She explained the term rogue state was used to capture the description of various activities of the government in Asmara which arguably fall into that description. She based this on information in a report from a report from the United Nations Monitoring Group on Somalia and Eritrea.
CBC Journalistic Policy deals with issues of balance, fairness, and impartiality. All of them are relevant here. Balance and fairness require seeking different perspectives, allowing an institution or individual the right to explain his position or perspective when faced with accusations of wrong doing or anti-social behavior. While you might like to defend the tax, and think it important that Eritreans that want to pay it are heard from, it was not relevant to the discussion at hand. Ms. Smythe is absolutely right when she says balance was achieved by interviewing the designated spokesman of the Government of Eritrea in Canada. If your organization has government standing, or is designated as an official body to speak on its behalf, I am sure Ms. Smythe and other CBC staff would make note of that fact for future reference and speak to you when appropriate. I also note it is curious that you say your “organization represents the majority of Canadians of Eritrean origin who the 2% diaspora tax.” In the course of the As It Happens interview, Mr. Igbu, the government representative, said that almost no Eritreans in Canada actually do pay the tax. When MacInnes-Rae asked him how much money is raised through taxes in Canada, he replied: “The Canadian is nothing, to be honest. Over 90% of the Eritrean people that reside in Canada, they don’t even pay their taxes.”
Mr. Igbu is given an opportunity to explain his government’s position and to respond to Mr. Baird’s statements. Several times Mr. MacInnes Rae asks him about illegal activities: the soliciting of the tax, and coercion in attempting to collect it. Each time Mr. Igbu is able to put his position: that it is the collection of the tax in Canada that is illegal, not the payment through the tax authority in Asmara. He said that “since 2012 we have taken the necessary steps to deliver our services in full compliance with the Vienna convention and consular relation as well.”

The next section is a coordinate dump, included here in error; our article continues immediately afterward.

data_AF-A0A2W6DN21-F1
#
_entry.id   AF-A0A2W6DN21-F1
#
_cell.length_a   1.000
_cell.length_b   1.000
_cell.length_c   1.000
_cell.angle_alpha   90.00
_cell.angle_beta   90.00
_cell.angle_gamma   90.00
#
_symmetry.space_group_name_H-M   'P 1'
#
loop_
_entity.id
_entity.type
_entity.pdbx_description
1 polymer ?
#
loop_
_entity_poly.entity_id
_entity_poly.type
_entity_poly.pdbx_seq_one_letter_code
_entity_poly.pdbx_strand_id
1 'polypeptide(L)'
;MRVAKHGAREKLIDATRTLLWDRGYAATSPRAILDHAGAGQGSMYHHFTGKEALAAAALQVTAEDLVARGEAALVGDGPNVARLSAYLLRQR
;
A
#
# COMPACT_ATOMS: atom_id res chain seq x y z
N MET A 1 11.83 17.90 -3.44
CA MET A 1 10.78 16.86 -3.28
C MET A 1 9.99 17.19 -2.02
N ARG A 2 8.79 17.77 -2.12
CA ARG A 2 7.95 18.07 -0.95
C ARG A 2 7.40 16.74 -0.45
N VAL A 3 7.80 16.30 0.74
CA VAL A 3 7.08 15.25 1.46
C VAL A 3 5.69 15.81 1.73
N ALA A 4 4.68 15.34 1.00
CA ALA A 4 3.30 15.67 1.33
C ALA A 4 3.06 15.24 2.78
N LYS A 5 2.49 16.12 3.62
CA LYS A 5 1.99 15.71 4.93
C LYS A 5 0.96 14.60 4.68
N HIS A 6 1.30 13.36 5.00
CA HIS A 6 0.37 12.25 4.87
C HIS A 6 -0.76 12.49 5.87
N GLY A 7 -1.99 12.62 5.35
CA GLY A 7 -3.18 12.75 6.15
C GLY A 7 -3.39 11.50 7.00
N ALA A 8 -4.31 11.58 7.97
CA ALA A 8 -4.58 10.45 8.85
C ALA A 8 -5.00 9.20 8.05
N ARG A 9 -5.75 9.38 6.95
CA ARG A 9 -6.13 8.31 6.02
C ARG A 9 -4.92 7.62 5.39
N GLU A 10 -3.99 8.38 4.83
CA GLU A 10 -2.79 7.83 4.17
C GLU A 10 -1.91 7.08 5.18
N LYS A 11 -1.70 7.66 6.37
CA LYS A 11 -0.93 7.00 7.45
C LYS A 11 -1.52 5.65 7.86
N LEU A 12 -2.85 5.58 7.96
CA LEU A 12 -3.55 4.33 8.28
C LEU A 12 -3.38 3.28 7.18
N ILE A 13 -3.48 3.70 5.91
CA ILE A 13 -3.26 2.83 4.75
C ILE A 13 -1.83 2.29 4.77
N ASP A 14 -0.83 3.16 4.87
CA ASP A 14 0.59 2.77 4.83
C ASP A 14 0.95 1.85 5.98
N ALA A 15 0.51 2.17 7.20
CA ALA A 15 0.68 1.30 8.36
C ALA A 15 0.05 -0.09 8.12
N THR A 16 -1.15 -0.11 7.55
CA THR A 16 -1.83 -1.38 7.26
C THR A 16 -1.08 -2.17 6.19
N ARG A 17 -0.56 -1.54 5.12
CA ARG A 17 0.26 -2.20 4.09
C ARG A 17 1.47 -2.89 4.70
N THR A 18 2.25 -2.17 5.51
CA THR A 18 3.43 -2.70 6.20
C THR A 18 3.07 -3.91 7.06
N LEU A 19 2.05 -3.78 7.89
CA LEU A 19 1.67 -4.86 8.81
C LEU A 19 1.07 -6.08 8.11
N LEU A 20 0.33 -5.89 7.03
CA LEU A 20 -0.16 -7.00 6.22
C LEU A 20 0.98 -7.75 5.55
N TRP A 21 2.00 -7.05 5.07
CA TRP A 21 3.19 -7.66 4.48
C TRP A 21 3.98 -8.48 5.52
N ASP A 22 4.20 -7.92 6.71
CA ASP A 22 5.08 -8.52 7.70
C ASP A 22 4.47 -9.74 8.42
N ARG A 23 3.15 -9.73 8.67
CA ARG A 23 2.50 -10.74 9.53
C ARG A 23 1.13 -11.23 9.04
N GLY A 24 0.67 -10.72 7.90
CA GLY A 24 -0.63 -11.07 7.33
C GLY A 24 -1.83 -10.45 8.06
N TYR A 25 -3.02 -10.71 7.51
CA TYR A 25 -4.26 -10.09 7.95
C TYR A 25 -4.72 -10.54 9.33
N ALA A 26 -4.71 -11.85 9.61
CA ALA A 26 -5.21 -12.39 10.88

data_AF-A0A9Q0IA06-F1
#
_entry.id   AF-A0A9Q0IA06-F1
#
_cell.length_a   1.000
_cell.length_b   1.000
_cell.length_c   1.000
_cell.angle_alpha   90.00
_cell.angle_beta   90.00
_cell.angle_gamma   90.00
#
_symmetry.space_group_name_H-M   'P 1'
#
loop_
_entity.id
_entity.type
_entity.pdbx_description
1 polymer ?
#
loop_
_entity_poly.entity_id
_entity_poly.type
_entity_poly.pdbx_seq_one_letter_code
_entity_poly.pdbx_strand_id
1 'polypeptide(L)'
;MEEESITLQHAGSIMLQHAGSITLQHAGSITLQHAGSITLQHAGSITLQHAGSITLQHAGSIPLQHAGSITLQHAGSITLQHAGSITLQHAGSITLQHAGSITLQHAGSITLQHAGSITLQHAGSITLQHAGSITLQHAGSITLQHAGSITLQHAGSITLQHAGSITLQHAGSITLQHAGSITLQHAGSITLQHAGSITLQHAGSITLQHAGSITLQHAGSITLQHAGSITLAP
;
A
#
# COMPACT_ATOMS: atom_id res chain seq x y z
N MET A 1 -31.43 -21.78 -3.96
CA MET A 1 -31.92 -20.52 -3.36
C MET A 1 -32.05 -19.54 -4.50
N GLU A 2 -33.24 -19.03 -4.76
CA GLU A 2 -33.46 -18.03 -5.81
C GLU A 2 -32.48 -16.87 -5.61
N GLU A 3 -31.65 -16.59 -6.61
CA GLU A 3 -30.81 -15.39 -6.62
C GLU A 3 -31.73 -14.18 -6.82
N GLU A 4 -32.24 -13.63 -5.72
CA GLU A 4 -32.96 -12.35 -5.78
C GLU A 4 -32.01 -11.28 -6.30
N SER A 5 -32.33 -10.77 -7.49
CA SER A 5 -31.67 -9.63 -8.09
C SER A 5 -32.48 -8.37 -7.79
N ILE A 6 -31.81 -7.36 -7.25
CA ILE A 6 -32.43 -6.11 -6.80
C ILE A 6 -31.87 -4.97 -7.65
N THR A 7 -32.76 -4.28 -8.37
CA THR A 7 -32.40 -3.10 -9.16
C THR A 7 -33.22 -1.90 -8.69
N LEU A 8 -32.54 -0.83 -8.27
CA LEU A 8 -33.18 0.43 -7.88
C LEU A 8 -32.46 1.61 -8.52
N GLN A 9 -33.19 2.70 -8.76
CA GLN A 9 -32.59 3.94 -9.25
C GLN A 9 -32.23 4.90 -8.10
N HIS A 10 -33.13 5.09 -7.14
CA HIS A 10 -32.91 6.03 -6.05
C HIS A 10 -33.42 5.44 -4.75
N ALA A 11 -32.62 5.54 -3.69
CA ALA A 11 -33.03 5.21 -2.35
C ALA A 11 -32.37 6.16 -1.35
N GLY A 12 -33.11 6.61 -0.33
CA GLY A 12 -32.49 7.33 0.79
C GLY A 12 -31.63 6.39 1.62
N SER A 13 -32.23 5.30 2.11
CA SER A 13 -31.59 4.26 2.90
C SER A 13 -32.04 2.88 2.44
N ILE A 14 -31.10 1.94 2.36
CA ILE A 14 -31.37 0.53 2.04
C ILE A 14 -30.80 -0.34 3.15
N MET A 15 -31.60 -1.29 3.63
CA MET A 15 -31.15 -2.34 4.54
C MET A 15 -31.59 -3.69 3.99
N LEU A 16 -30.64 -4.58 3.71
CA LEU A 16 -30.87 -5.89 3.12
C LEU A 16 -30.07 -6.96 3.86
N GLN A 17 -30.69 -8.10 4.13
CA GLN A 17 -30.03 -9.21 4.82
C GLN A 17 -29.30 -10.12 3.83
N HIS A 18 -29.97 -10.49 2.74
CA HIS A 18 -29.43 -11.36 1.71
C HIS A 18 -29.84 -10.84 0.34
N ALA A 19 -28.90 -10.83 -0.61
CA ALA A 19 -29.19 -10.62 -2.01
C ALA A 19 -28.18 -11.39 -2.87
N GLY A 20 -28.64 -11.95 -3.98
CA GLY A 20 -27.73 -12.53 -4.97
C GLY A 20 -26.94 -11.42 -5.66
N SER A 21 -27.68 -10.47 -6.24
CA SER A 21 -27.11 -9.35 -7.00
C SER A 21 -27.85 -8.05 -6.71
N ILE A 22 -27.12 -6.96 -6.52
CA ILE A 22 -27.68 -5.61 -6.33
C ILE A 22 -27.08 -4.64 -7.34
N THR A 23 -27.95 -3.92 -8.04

You objected to that characterization of illegality. CBC policy on impartiality states:
We provide professional judgment based on facts and expertise. We do not promote any particular point of view on matters of public debate.
You believe the only illegal element is contribution to defense funding. Ms. Smythe quoted the relevant section to you – the government of Canada says there may be a prohibition under Canadian law no matter what the levy is called. A 2013 United National Monitoring group report refers to “illicit tax collection.” The whole reason for the interview was the threat to close down the consulate for its actions. I think based on these facts, Mr. MacInnes-Rae was reasonably exercising his professional judgment, while giving Mr. Igbu a chance to explain his perspective. Similarly, the reference to “rogue state” would fall under the same category. He was not referring to an official United Nations designation, but he may have had in mind the Human Rights Watch entry on Eritrea:
Torture, arbitrary detention, and severe restrictions on freedom of expression, association, and religious freedom remain routine in Eritrea. Elections have not been held since Eritrea gained independence in 1993, the constitution has never been implemented, and political parties are not allowed. There are no institutional constraints on President Isaias Afewerki, in power now for twenty years. In addition to ongoing serious human rights abuses, forced labor and indefinite military service prompt thousands of Eritreans to flee the country every year. Access to the country for international humanitarian and human rights organizations is almost impossible and the country has no independent media.
Ms. Smythe mentioned reports from the United Nations monitoring group that influenced their characterization of Eritrea. The report not only mentions an illicit system of revenue collection, but human trafficking and abduction of refugees attempting to flee Eritrea.
You think the attention paid to Eritrea in CBC coverage is disproportionate. You point out that the same group, Human Rights Watch, has published negative reports about Ethiopia, but that goes uncovered. This argument is entirely irrelevant in this context. For one thing, this story was based on events in Canada involving Canadian residents. Equity is not achieved by talking about the negative things going on elsewhere, balance and fairness is achieved by hearing from those implicated in this story. The interview was fair and balanced and there was no violation of CBC policy.